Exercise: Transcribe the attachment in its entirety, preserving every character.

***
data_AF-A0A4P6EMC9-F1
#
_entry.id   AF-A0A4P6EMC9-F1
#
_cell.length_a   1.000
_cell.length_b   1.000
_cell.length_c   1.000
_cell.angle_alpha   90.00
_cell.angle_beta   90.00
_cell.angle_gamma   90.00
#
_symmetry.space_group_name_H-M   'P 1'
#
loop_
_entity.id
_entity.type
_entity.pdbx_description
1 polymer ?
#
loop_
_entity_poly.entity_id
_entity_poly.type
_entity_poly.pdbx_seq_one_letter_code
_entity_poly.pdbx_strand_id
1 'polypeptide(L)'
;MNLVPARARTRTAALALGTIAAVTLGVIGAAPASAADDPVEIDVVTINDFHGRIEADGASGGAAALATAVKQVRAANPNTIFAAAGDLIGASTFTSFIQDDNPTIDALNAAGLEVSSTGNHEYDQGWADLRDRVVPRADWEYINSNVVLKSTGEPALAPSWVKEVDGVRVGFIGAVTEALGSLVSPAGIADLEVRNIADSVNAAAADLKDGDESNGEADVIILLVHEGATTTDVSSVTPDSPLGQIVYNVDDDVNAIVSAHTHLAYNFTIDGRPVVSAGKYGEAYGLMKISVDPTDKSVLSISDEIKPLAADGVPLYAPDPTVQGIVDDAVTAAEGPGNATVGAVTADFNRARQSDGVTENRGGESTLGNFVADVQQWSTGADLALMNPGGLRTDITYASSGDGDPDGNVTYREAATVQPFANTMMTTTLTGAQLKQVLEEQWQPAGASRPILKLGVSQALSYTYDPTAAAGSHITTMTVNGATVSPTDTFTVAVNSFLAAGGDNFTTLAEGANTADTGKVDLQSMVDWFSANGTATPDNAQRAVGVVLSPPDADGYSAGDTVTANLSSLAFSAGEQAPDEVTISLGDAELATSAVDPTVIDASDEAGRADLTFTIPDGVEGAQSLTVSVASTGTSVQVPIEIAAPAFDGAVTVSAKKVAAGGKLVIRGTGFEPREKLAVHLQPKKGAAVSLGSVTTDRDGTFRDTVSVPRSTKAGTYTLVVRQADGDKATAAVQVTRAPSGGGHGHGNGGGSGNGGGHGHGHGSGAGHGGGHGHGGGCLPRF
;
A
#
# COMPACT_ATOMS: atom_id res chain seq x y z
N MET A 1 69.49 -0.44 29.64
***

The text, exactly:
data_AF-A0A4P6EMC9-F1
#
_entry.id   AF-A0A4P6EMC9-F1
#
_cell.length_a   1.000
_cell.length_b   1.000
_cell.length_c   1.000
_cell.angle_alpha   90.00
_cell.angle_beta   90.00
_cell.angle_gamma   90.00
#
_symmetry.space_group_name_H-M   'P 1'
#
loop_
_entity.id
_entity.type
_entity.pdbx_description
1 polymer ?
#
loop_
_entity_poly.entity_id
_entity_poly.type
_entity_poly.pdbx_seq_one_letter_code
_entity_poly.pdbx_strand_id
1 'polypeptide(L)'
;MNLVPARARTRTAALALGTIAAVTLGVIGAAPASAADDPVEIDVVTINDFHGRIEADGASGGAAALATAVKQVRAANPNTIFAAAGDLIGASTFTSFIQDDNPTIDALNAAGLEVSSTGNHEYDQGWADLRDRVVPRADWEYINSNVVLKSTGEPALAPSWVKEVDGVRVGFIGAVTEALGSLVSPAGIADLEVRNIADSVNAAAADLKDGDESNGEADVIILLVHEGATTTDVSSVTPDSPLGQIVYNVDDDVNAIVSAHTHLAYNFTIDGRPVVSAGKYGEAYGLMKISVDPTDKSVLSISDEIKPLAADGVPLYAPDPTVQGIVDDAVTAAEGPGNATVGAVTADFNRARQSDGVTENRGGESTLGNFVADVQQWSTGADLALMNPGGLRTDITYASSGDGDPDGNVTYREAATVQPFANTMMTTTLTGAQLKQVLEEQWQPAGASRPILKLGVSQALSYTYDPTAAAGSHITTMTVNGATVSPTDTFTVAVNSFLAAGGDNFTTLAEGANTADTGKVDLQSMVDWFSANGTATPDNAQRAVGVVLSPPDADGYSAGDTVTANLSSLAFSAGEQAPDEVTISLGDAELATSAVDPTVIDASDEAGRADLTFTIPDGVEGAQSLTVSVASTGTSVQVPIEIAAPAFDGAVTVSAKKVAAGGKLVIRGTGFEPREKLAVHLQPKKGAAVSLGSVTTDRDGTFRDTVSVPRSTKAGTYTLVVRQADGDKATAAVQVTRAPSGGGHGHGNGGGSGNGGGHGHGHGSGAGHGGGHGHGGGCLPRF
;
A
#
# COMPACT_ATOMS: atom_id res chain seq x y z
N MET A 1 69.49 -0.44 29.64